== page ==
nep-gro New Economics Papers
on Economic Growth
Issue of 2019‒07‒22
eight papers chosen by
Marc Klemp
University of Copenhagen

  1. Skill-biased technological change, endogenous labor supply, and the skill premium By Knoblach, Michael
  2. Long-term macroeconomic effects of climate change: A cross-country analysis By Matthew E. Kahn; Kamiar Mohaddes; Ryan N. C. Ng; M. Hashem Pesaran; Mehdi Raissi; Jui-Chung Yang
  3. Commanding Nature by Obeying Her: A Review Essay on Joel Mokyr’s A Culture of Growth By Enrico Spolaore
  4. Development Priorities: The Relative Benefits of Agricultural Growth By Fabio Monteforte; Mathan Satchi; Jonathan Temple
  5. A Keynes + Schumpeter model to explain development, speculation and crises By Giancarlo Bertocco; Andrea Kalajzić
  6. Will this time be different? A review of the literature on the Impact of Artificial Intelligence on Employment, Incomes and Growth By Bertin Martens; Songül Tolan
  7. The human capital-economic growth nexus in SSA countries: What can strengthen the relationship? By Natalya Apopo; Ronney Ncwadi; Andrew Phiri
  8. Katugampola Generalized Conformal Derivative Approach to Inada Conditions and Solow-Swan Economic Growth Model By G. Fern\'andez-Anaya; L. A. Quezada-T\'ellez; B. Nu\~nez-Zavala; D. Brun-Battistini

  1. By: Knoblach, Michael
    Abstract: The evolution of the U.S. skill premium over the past century has been characterized by a U-shaped pattern. The previous literature has attributed this observation mainly to the existence of exogenous, unexpected technological shocks or changes in institutional factors. In contrast, this paper demonstrates that a U-shaped evolution of the skill premium can also be obtained using a simple two-sector growth model that comprises both variants of skill-biased technological change (SBTC): technological change (TC) that is favorable to high-skilled labor and capital-skill complementarity (CSC). Within this framework, we derive the conditions necessary to achieve a non-monotonic evolution of relative wages and analyze the dynamics of such a case. We show that in the short run for various parameter constellations an educational, a relative substitutability, and a factor intensity effect can induce a decrease in the skill premium despite moderate growth in the relative productivity of high-skilled labor. In the long run, as the difference in labor productivity increases, the skill premium also rises. To underpin our theoretical results, we conduct a comprehensive simulation study.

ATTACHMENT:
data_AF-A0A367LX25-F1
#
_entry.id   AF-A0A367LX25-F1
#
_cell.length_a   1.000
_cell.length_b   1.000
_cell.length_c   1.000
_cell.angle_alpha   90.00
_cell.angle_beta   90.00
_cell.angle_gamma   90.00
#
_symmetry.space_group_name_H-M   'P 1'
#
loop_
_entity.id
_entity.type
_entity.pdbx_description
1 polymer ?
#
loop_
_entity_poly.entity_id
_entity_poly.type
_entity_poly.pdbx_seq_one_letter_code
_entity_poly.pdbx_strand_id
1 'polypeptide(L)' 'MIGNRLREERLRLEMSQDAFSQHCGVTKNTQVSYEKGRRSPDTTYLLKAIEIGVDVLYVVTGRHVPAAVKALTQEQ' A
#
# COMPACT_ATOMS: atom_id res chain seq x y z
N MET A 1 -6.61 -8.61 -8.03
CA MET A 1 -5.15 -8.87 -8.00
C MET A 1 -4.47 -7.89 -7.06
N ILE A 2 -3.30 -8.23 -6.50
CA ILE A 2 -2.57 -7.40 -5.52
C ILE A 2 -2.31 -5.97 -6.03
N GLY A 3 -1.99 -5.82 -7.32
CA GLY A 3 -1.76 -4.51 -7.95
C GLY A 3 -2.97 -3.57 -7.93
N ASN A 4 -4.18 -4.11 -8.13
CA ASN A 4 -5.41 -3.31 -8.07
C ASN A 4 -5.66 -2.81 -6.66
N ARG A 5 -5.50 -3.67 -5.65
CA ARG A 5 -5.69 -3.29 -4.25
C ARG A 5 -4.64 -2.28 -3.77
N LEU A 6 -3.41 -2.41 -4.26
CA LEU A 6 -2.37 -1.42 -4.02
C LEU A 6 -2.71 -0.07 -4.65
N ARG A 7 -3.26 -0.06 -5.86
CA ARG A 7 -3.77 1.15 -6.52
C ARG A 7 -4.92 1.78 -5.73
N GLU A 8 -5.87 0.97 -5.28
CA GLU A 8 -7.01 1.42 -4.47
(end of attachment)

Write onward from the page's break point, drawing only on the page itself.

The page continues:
Keywords: Skill-Augmenting Technological Change,Capital-Skill Complementarity,Skill Premium,Neoclassical Growth Model
    JEL: E24 J24 J31 O33 O41
    Date: 2019
  2. By: Matthew E. Kahn; Kamiar Mohaddes; Ryan N. C. Ng; M. Hashem Pesaran; Mehdi Raissi; Jui-Chung Yang
    Abstract: We study the long-term impact of climate change on economic activity across countries, using a stochastic growth model where labour productivity is affected by country-specific climate variables - defined as deviations of temperature and precipitation from their historical norms. Using a panel data set of 174 countries over the years 1960 to 2014, we find that per-capita real output growth is adversely affected by persistent changes in the temperature above or below its historical norm, but we do not obtain any statistically significant effects for changes in precipitation. Our counterfactual analysis suggests that a persistent increase in average global temperature by 0.04oC per year, in the absence of mitigation policies, reduces world real GDP per capita by 7.22 percent by 2100. On the other hand, abiding by the Paris Agreement, thereby limiting the temperature increase to 0.01oC per annum, reduces the loss substantially to 1.07 percent. These effects vary significantly across countries. We also provide supplementary evidence using data on a sample of 48 U.S. states between 1963 and 2016, and show that climate change has a long-lasting adverse impact on real output in various states and economic sectors, and on labour productivity and employment.